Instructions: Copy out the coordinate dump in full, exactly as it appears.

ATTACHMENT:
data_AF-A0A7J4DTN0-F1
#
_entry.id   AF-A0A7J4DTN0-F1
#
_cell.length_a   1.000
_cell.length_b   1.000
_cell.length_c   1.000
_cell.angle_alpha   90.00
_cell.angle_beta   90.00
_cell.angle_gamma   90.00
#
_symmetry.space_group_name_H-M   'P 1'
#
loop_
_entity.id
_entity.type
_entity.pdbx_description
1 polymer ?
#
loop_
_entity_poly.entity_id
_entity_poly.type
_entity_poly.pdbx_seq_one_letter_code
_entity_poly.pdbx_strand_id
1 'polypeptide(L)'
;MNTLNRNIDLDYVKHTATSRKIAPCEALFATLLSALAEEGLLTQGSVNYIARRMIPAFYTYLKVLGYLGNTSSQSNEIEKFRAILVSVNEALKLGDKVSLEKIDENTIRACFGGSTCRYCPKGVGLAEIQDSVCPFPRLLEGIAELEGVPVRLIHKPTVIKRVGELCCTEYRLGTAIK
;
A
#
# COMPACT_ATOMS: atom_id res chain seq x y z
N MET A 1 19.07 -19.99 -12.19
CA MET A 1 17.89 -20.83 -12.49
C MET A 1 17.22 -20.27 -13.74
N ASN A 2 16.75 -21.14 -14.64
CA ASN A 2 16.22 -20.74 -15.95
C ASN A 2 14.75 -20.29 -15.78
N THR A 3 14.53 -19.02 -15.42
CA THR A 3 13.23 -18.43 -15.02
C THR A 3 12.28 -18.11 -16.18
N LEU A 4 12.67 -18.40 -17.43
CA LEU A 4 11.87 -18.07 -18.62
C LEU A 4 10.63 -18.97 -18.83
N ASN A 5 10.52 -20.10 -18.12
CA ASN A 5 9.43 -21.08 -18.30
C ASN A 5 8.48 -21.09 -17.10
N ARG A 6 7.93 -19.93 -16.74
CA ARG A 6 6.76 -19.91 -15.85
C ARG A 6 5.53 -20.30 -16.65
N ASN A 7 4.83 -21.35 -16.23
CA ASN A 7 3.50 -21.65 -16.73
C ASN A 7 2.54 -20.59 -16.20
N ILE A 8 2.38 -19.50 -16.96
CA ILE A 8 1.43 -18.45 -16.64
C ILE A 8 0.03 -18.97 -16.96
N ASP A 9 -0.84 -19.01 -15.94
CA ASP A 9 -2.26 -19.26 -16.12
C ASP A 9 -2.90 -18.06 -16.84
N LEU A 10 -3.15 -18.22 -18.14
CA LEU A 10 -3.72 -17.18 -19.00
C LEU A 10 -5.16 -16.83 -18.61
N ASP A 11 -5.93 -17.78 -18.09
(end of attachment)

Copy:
data_AF-A0A7J4DTN0-F1
#
_entry.id   AF-A0A7J4DTN0-F1
#
_cell.length_a   1.000
_cell.length_b   1.000
_cell.length_c   1.000
_cell.angle_alpha   90.00
_cell.angle_beta   90.00
_cell.angle_gamma   90.00
#
_symmetry.space_group_name_H-M   'P 1'
#
loop_
_entity.id
_entity.type
_entity.pdbx_description
1 polymer ?
#
loop_
_entity_poly.entity_id
_entity_poly.type
_entity_poly.pdbx_seq_one_letter_code
_entity_poly.pdbx_strand_id
1 'polypeptide(L)'
;MNTLNRNIDLDYVKHTATSRKIAPCEALFATLLSALAEEGLLTQGSVNYIARRMIPAFYTYLKVLGYLGNTSSQSNEIEKFRAILVSVNEALKLGDKVSLEKIDENTIRACFGGSTCRYCPKGVGLAEIQDSVCPFPRLLEGIAELEGVPVRLIHKPTVIKRVGELCCTEYRLGTAIK
;
A
#
# COMPACT_ATOMS: atom_id res chain seq x y z
N MET A 1 19.07 -19.99 -12.19
CA MET A 1 17.89 -20.83 -12.49
C MET A 1 17.22 -20.27 -13.74
N ASN A 2 16.75 -21.14 -14.64
CA ASN A 2 16.22 -20.74 -15.95
C ASN A 2 14.75 -20.29 -15.78
N THR A 3 14.53 -19.02 -15.42
CA THR A 3 13.23 -18.43 -15.02
C THR A 3 12.28 -18.11 -16.18
N LEU A 4 12.67 -18.40 -17.43
CA LEU A 4 11.87 -18.07 -18.62
C LEU A 4 10.63 -18.97 -18.83
N ASN A 5 10.52 -20.10 -18.12
CA ASN A 5 9.43 -21.08 -18.30
C ASN A 5 8.48 -21.09 -17.10
N ARG A 6 7.93 -19.93 -16.74
CA ARG A 6 6.76 -19.91 -15.85
C ARG A 6 5.53 -20.30 -16.65
N ASN A 7 4.83 -21.35 -16.23
CA ASN A 7 3.50 -21.65 -16.73
C ASN A 7 2.54 -20.59 -16.20
N ILE A 8 2.38 -19.50 -16.96
CA ILE A 8 1.43 -18.45 -16.64
C ILE A 8 0.03 -18.97 -16.96
N ASP A 9 -0.84 -19.01 -15.94
CA ASP A 9 -2.26 -19.26 -16.12
C ASP A 9 -2.90 -18.06 -16.84
N LEU A 10 -3.15 -18.22 -18.14
CA LEU A 10 -3.72 -17.18 -19.00
C LEU A 10 -5.16 -16.83 -18.61
N ASP A 11 -5.93 -17.78 -18.09